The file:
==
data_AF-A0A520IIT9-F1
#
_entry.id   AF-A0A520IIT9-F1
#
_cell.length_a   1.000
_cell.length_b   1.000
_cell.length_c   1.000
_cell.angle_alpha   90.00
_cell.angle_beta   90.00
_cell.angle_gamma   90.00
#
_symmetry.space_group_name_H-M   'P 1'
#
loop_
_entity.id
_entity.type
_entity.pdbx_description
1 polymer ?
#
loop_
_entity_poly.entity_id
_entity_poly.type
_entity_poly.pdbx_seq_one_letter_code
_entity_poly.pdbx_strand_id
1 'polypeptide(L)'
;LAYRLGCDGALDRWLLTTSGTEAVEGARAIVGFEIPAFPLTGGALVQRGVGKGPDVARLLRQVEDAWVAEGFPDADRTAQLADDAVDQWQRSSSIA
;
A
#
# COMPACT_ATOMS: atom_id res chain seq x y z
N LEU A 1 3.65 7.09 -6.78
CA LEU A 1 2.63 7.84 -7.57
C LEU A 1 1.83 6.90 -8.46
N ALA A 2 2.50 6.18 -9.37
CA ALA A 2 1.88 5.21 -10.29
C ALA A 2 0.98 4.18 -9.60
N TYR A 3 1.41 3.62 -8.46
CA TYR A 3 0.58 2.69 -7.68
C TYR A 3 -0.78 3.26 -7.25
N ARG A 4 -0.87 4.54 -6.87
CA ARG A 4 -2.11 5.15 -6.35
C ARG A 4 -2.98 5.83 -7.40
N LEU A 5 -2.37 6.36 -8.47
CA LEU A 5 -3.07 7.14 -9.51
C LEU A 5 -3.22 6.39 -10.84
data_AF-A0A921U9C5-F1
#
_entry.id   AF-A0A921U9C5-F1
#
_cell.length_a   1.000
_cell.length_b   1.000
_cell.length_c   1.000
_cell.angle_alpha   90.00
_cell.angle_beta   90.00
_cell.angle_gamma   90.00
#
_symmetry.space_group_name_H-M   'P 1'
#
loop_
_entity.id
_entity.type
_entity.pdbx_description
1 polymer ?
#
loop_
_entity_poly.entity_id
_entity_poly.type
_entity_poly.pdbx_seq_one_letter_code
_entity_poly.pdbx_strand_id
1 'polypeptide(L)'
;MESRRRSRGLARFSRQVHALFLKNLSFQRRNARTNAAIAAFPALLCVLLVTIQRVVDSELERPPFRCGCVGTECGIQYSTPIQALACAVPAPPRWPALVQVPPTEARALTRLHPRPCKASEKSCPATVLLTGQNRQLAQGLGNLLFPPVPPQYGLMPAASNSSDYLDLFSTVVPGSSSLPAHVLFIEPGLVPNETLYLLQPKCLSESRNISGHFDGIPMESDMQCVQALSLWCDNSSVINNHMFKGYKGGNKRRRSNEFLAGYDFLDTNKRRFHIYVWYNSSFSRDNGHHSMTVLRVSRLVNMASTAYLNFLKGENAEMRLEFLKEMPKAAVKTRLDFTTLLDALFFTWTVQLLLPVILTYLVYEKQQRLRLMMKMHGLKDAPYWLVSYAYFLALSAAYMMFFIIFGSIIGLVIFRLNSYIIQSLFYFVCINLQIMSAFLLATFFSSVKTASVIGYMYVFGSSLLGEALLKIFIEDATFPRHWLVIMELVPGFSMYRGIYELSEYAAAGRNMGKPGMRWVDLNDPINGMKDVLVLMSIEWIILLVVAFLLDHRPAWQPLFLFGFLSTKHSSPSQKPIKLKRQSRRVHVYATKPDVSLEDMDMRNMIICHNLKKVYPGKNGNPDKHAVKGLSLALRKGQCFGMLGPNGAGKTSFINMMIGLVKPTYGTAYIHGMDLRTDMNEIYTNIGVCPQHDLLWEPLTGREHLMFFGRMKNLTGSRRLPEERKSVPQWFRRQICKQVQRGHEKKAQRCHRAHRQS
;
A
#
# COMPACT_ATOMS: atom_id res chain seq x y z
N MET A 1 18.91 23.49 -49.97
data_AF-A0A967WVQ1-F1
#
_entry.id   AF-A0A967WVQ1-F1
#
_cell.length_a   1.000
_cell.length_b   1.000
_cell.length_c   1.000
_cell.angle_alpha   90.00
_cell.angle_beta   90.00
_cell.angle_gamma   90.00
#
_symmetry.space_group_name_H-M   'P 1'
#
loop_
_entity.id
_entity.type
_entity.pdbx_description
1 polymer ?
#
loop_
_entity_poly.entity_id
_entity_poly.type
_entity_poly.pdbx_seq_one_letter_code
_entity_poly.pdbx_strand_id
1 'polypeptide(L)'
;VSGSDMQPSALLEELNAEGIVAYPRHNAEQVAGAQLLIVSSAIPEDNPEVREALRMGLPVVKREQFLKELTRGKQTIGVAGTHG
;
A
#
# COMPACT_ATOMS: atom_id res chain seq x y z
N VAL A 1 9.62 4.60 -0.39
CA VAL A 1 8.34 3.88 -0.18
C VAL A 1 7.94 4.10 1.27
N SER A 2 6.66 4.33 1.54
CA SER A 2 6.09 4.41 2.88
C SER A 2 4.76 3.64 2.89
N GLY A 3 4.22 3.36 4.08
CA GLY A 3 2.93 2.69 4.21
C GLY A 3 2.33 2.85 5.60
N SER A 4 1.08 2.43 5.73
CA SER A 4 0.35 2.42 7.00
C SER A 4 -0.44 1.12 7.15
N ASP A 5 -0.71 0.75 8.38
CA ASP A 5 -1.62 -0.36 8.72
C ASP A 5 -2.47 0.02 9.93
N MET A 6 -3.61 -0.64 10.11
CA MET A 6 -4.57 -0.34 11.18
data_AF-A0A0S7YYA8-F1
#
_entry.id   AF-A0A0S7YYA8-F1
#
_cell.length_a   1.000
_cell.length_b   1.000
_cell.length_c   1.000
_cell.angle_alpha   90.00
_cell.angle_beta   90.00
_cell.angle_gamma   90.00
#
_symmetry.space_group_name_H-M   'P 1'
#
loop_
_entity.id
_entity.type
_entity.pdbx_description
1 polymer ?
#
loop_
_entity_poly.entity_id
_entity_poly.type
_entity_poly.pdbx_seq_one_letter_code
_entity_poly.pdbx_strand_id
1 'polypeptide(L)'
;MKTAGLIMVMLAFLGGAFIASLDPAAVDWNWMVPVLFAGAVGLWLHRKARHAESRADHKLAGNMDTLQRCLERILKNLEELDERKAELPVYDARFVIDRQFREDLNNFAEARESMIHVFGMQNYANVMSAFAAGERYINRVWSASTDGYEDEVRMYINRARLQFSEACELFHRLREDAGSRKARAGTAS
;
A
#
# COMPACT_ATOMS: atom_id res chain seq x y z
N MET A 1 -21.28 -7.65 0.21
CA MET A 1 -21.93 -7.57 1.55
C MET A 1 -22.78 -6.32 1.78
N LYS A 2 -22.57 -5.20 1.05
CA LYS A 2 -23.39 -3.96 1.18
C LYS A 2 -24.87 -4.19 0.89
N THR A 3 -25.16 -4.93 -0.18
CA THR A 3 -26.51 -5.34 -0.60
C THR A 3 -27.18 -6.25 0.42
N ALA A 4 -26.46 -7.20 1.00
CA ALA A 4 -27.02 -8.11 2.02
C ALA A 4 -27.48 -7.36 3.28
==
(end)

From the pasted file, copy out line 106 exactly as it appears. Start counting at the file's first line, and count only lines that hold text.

# COMPACT_ATOMS: atom_id res chain seq x y z